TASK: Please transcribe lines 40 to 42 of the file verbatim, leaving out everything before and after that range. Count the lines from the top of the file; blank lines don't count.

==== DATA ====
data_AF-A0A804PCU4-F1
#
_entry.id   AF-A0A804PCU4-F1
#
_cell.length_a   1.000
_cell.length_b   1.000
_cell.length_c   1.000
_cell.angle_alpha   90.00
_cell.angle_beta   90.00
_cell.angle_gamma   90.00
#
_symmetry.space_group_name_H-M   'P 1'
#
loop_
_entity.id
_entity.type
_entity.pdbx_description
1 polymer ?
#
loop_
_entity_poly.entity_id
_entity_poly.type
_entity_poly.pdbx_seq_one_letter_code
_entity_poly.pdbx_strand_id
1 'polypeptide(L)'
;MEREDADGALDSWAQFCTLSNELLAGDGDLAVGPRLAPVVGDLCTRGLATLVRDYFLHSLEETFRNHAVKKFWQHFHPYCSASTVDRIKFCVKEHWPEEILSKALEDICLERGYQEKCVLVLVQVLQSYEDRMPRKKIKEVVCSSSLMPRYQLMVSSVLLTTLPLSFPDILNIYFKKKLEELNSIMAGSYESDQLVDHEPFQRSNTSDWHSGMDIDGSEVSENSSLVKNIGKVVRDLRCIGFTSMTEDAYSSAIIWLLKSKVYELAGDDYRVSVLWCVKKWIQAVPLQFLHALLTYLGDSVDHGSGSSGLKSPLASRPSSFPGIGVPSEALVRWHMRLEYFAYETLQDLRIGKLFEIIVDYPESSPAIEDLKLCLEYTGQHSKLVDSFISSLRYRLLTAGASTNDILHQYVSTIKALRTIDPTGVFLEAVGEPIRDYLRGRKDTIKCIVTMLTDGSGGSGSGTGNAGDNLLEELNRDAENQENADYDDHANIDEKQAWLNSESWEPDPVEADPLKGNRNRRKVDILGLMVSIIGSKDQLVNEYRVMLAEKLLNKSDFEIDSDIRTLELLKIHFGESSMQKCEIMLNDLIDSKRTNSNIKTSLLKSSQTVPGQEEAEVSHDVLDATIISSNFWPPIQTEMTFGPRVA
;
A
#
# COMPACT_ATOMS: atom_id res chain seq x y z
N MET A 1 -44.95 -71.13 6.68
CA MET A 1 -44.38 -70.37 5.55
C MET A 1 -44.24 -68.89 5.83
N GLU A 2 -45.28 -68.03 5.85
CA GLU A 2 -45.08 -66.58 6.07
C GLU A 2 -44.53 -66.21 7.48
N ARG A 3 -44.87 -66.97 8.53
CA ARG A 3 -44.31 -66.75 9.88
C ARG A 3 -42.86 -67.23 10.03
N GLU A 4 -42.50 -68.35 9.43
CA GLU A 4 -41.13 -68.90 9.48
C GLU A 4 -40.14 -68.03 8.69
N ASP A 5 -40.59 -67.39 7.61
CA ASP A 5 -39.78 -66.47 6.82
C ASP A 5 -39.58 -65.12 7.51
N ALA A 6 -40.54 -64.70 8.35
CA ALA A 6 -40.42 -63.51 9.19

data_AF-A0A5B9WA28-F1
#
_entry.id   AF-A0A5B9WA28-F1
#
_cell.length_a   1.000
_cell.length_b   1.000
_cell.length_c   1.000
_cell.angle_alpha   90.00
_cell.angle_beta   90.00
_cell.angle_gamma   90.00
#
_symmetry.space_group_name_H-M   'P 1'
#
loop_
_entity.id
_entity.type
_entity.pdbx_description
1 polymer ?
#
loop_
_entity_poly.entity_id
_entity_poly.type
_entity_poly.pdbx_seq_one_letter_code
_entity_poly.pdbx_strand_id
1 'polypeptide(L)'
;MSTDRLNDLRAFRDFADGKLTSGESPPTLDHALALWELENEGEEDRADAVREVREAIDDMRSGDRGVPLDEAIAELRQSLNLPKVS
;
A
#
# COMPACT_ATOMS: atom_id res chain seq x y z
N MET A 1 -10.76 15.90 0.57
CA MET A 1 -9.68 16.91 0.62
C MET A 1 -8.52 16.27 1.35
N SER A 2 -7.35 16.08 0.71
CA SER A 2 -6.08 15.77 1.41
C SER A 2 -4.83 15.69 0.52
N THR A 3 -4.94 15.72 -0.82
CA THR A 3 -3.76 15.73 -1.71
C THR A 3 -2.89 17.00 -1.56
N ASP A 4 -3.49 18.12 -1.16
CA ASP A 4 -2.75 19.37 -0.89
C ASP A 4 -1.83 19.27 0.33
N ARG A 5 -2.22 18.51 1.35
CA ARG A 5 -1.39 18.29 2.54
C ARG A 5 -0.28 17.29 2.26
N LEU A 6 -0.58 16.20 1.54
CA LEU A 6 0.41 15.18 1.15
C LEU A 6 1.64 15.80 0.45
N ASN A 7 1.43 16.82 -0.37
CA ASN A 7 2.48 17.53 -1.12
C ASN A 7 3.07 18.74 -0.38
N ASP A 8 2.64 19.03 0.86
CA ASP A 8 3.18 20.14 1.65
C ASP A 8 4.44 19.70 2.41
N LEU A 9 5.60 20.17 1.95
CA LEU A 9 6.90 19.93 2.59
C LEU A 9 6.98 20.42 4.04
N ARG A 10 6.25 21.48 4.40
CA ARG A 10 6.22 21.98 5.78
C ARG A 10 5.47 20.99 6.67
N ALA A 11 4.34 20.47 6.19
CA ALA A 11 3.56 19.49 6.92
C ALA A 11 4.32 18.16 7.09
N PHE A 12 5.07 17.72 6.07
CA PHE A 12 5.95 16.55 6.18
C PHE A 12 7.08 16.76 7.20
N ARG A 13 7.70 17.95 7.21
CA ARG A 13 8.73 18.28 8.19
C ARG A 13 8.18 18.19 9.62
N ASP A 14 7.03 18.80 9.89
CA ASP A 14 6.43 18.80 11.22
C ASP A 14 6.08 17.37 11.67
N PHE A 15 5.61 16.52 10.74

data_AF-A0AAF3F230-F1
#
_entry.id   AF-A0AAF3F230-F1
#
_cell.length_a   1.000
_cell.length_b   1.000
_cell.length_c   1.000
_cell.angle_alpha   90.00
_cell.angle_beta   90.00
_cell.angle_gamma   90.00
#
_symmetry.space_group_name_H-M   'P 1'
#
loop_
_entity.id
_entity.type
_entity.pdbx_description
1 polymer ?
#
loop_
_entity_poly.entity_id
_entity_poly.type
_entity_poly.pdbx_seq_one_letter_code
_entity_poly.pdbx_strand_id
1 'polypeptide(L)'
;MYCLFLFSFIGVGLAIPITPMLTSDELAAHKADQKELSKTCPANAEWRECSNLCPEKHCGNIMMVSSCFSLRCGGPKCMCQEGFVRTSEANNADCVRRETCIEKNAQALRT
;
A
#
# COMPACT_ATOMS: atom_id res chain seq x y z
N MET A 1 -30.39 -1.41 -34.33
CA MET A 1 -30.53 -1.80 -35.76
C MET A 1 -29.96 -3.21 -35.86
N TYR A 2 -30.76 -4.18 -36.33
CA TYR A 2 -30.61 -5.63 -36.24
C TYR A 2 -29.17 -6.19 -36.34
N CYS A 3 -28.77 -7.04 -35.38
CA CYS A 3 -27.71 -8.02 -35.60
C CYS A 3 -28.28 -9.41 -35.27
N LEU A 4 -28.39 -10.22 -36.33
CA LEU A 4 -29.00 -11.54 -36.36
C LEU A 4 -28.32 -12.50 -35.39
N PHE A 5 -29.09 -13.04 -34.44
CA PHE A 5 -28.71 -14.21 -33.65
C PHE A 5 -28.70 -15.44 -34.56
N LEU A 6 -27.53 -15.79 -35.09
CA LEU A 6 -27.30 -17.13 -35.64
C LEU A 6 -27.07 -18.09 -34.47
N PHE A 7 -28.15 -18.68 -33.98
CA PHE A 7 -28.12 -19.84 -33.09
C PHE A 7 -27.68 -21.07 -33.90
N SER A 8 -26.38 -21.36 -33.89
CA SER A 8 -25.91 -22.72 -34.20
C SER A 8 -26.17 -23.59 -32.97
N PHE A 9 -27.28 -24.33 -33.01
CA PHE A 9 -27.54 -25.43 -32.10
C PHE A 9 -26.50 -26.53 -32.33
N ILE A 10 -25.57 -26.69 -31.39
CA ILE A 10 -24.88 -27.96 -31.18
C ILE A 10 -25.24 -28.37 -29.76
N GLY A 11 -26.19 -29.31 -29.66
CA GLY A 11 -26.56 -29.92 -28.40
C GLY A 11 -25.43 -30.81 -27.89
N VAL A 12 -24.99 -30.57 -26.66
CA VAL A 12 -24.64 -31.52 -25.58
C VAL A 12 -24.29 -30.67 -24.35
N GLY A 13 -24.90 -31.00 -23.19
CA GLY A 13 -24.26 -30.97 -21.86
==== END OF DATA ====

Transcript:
N GLU A 4 -42.50 -68.35 9.43
CA GLU A 4 -41.13 -68.90 9.48
C GLU A 4 -40.14 -68.03 8.69